Admission portrays a workaholic Princeton Admissions counselor who admits many people into the university, but not into her personal life. It’s a rainy day chick flick that almost succeeds, but the writing is dry with predictable twists.
Portia (Tina Fey) has been an admissions counselor at Princeton University for 16 years, since her college graduation from Dartmouth. Portraying a woman who has more career potential than an admissions counselor, her work life is always busy and full of traveling, her long-term relationship and living with an English professor for the past ten years is stagnant, and her life seems rather boring on the outside. The Dean of Admissions, Clarence (Wallace Shawn), announces that Princeton has fallen to #2 on the “best colleges” ranking, also that he is going to retire. Clarence tells Portia and another hardworking counselor, Corinne (Gloria Reuben), that he’s only considering one of the two of them to fill his vacancy, therefore Portia works even harder to recruit better, brighter students. While recruiting at a new developmental school in New Hampshire, she meets a senior, Jeremiah (Nat Wolff), who is a “self-described autodidact” and prodigy, and his teacher, John (Paul Rudd) who enthusiastically lobbies for his admittance into Princeton. Although rather unimpressed initially with Jeremiah, Portia learns from John that there may be a closer connection between Portia and Jeremiah than she initially realizes.
A light-hearted romantic comedy, the film aims to explore types of “admission” in life overall, and created this through the parallel of Portia as an admissions counselor. It focused not only on the (obvious) college admissions process, but also letting go of grudges and mundane routines and welcoming people – whether it be a family member you’ve never really gotten along with or a new love interest – into your life.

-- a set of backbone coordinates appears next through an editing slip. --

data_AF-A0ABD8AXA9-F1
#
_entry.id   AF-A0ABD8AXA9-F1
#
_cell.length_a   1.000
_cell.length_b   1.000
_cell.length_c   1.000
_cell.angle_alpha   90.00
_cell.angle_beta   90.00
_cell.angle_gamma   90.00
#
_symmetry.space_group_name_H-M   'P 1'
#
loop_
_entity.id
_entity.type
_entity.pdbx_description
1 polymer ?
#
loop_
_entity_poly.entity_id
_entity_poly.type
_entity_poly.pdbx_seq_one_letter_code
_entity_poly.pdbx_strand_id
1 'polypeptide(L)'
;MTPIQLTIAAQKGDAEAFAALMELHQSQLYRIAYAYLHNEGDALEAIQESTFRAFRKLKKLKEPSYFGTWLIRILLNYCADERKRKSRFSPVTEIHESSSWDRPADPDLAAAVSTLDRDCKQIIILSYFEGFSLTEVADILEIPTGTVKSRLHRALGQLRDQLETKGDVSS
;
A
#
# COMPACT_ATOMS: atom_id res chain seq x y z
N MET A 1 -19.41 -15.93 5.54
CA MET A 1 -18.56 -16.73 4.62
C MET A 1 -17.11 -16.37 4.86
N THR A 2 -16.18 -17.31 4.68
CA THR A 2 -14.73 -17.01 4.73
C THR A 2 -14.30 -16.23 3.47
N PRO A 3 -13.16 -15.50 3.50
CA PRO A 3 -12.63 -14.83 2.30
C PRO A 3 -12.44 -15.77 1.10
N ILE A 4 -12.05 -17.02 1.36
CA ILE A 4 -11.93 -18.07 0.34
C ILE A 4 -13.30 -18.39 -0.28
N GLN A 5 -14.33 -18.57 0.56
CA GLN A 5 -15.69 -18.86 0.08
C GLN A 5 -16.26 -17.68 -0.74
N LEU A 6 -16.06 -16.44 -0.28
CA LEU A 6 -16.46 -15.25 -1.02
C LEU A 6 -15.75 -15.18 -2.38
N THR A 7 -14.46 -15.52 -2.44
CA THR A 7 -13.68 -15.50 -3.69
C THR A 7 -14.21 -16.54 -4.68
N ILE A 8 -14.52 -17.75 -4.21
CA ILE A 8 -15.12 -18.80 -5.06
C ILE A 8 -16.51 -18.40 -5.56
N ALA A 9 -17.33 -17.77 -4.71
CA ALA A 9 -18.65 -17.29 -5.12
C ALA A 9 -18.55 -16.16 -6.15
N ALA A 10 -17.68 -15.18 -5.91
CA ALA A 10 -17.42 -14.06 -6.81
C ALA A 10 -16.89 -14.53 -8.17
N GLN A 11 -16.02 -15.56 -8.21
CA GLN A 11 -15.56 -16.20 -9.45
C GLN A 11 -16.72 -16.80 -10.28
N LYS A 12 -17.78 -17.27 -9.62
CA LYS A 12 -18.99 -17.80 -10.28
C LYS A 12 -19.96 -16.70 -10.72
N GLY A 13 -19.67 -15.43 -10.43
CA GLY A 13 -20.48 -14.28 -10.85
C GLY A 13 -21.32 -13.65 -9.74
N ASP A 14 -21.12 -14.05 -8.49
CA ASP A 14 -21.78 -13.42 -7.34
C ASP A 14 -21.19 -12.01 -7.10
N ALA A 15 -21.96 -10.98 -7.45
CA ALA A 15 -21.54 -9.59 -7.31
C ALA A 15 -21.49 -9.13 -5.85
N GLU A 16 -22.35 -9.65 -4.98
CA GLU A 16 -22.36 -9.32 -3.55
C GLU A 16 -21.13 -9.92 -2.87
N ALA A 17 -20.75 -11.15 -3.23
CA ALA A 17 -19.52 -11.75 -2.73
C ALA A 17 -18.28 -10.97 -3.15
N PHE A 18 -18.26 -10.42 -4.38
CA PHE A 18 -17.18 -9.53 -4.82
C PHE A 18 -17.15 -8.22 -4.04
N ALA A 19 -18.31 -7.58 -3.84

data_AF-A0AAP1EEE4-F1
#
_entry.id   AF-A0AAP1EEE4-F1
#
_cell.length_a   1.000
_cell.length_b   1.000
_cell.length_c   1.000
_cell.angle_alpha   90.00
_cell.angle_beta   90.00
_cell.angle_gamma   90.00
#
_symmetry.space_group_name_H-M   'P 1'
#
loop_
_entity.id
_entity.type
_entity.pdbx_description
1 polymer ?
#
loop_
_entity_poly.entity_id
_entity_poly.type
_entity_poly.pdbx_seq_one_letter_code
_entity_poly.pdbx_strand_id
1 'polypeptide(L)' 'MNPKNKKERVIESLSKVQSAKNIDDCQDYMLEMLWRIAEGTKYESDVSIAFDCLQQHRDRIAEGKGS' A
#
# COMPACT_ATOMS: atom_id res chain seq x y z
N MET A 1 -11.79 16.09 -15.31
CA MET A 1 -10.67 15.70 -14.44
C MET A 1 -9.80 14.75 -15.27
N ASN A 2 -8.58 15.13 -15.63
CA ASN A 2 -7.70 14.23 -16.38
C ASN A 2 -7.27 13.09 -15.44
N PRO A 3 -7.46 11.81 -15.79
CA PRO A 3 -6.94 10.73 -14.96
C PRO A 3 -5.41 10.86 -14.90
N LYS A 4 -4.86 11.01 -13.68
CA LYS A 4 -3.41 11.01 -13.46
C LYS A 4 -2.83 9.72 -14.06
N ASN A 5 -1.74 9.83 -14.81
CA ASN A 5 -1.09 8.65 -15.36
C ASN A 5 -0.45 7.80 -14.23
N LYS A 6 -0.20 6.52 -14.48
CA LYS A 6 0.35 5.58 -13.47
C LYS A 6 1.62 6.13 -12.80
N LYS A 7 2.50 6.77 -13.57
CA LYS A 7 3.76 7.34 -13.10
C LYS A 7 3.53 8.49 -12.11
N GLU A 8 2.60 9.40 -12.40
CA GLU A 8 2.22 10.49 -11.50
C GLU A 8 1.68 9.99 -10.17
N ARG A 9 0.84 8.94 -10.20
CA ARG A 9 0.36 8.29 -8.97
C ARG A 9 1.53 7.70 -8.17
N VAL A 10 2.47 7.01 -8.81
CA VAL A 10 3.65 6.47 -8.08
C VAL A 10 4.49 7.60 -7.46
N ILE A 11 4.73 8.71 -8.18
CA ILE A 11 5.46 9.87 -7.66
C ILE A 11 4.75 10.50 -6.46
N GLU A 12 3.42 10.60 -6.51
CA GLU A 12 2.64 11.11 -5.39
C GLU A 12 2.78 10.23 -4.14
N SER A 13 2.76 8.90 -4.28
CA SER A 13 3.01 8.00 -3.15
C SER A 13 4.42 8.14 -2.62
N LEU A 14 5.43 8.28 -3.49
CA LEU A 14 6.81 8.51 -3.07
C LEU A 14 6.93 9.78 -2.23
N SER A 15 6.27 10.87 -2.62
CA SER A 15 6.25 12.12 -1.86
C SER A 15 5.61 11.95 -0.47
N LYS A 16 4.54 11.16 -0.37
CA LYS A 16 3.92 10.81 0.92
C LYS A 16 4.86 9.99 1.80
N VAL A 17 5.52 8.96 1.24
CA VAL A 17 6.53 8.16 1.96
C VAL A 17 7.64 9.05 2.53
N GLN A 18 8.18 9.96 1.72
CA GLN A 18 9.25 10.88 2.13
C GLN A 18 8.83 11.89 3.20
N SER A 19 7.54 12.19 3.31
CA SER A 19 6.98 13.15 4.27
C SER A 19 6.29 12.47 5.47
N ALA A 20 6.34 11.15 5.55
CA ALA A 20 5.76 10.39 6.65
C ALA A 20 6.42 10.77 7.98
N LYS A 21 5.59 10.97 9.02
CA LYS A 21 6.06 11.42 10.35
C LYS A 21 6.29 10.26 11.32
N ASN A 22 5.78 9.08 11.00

Overall, the overarching theme was clear, but the writing didn’t do it justice. There is no doubt that the film is realistic, but the jokes are dry, the supporting characters aren’t nearly as developed as well as they could have been, and minor subplots introduced in the beginning are lost through the film. The chemistry between Rudd and Fey is surprisingly decent, and the two of them bring a stigma of ease and confidence to the film. Otherwise, the supporting actors seem to try too hard, but that’s probably due to the fact the audience doesn’t have a real reason to care for them. The character Fey portrays is reminiscent to her character, Sharon Norbury, from Mean Girls – a dedicated and diligent woman in their career but has their entire life slowly spiral downward. While Fey pulls of the workaholic and caring career woman character well (as seen in Mean Girls and 30 Rock), it may be time for Fey to move into some more diverse roles if she’s going to continue with film rather than TV.
Other than Fey and Rudd’s characters, the writing doesn’t give the audience any reason to personally be interested in the rest of the cast and the dry humor only supported the sub-par script. I’d wait to watch this on Red Box on a rainy day rather than buying an “admission” ticket.
Rated: PG-13 (for language and some sexual material)
Admission opens in theaters on March 22, 2013.
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